3. Walk through how the charts work with your kids. Be sure to show your kids how the chore chart will work each day. Do they need to check in with you when they are done and have you go over their work? Have the system in place
    4. Know what works best as incentives for your kids. Some children may work for treats from the Dollar Tree, while others may work for small monetary prizes. The incentives are up to you – and you know what works best for your children!
    5. Be consistent in payout of incentives. It is so easy to let things slide, but if you are working with your kids in understanding that no work = no pay, remember that it goes the same the other way too. When you work, your boss pays you, so pick a ‘payday’ and take care of it each week or whenever you set up your payday.

Washing dishes is always fun….

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And making beds…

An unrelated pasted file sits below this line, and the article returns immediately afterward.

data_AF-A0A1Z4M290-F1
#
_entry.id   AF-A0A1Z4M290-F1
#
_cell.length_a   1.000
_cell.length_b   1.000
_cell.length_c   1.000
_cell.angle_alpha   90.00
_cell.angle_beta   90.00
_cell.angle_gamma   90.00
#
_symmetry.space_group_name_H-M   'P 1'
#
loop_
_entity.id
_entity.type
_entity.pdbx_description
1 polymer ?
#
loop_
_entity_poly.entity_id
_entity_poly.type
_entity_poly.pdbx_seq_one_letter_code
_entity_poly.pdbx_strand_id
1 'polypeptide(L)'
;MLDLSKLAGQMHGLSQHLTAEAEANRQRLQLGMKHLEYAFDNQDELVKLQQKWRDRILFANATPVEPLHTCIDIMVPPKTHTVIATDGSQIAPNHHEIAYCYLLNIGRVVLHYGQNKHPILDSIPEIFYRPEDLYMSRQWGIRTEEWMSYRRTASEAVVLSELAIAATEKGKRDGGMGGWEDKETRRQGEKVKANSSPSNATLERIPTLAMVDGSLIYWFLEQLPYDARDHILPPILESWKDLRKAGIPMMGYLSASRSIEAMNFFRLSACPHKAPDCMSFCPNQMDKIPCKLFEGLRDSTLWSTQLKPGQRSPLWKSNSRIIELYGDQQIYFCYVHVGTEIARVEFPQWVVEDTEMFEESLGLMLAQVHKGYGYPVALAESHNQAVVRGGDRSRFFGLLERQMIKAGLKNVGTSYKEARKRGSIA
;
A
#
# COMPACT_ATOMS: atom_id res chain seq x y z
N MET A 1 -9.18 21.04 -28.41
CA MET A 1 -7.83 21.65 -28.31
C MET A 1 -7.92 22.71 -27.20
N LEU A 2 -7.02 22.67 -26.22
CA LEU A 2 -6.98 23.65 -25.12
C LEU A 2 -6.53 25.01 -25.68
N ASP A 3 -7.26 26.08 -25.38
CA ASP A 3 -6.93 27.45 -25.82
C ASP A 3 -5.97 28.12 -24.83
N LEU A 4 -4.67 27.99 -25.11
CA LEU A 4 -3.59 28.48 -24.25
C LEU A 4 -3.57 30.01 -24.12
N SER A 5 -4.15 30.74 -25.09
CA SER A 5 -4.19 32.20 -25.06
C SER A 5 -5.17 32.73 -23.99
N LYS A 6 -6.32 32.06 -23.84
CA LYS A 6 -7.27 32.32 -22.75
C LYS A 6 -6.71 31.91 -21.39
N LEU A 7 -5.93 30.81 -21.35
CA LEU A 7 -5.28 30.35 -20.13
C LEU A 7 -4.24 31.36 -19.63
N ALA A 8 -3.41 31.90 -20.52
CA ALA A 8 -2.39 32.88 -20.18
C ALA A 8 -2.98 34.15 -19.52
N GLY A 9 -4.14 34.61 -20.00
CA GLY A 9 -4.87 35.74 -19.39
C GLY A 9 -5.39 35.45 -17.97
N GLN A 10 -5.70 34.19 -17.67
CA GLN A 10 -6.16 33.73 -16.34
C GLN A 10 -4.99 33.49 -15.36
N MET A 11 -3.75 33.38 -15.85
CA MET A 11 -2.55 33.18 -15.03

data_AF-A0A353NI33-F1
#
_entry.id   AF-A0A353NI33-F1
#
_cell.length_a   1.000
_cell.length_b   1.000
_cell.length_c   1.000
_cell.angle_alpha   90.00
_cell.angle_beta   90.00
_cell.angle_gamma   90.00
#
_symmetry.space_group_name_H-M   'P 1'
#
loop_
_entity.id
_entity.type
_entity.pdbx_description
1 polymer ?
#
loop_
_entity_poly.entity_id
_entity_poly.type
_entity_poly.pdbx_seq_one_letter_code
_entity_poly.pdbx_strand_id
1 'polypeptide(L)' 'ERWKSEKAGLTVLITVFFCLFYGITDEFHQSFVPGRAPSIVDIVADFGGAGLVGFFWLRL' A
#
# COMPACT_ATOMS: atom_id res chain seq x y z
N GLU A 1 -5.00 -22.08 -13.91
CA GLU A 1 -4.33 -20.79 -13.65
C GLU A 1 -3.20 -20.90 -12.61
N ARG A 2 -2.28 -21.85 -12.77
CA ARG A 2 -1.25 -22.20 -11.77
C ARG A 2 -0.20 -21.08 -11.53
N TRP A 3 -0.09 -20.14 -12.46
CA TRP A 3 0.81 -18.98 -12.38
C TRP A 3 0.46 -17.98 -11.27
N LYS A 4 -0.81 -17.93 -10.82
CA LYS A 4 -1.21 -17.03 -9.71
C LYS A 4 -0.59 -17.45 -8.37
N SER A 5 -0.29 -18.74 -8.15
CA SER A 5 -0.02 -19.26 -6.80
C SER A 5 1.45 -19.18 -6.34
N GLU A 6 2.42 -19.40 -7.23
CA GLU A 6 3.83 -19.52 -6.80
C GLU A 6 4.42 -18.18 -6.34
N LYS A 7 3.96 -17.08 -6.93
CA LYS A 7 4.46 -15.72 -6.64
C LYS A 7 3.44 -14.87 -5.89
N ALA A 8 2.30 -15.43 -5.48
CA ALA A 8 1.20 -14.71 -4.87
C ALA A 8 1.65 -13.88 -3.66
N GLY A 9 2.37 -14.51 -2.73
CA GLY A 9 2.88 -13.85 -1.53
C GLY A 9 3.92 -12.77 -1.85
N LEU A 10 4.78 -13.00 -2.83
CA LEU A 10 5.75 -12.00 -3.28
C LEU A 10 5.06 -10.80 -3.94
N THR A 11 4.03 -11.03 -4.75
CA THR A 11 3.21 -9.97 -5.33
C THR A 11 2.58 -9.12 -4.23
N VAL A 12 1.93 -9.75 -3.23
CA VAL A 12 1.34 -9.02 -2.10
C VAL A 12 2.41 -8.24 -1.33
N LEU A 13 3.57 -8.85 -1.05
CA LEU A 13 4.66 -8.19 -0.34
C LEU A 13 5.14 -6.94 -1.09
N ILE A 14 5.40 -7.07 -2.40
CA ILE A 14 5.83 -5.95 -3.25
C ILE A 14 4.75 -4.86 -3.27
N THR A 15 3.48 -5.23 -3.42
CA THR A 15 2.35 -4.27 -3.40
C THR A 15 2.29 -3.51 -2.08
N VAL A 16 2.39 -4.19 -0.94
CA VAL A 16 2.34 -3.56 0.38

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Additional Ways to Use the Chore Charts

Rather than using a large chart, there are a few alternate ways that the chore charts can be used.

Preschool chore charts with pictures-3

    • Use a jump ring: The cards can be printed off on cardstock, laminated, and then put onto a jump ring so children can carry them around while working. The printable includes a few alternative cards that can be placed on the jump ring as well: morning chores, afternoon chores, paid, chores, etc…
    • Use magnetic sheets: If you have a magnetic refrigerator, consider printing the chore cards off onto magnetic sheets, cutting them out, and placing chores on your fridge. Store finished or extra chores in a magnetic pencil bin nearby. We have friends that do this and it is so handy!

Download the Preschool Chore Charts

Preschool Chore Chart example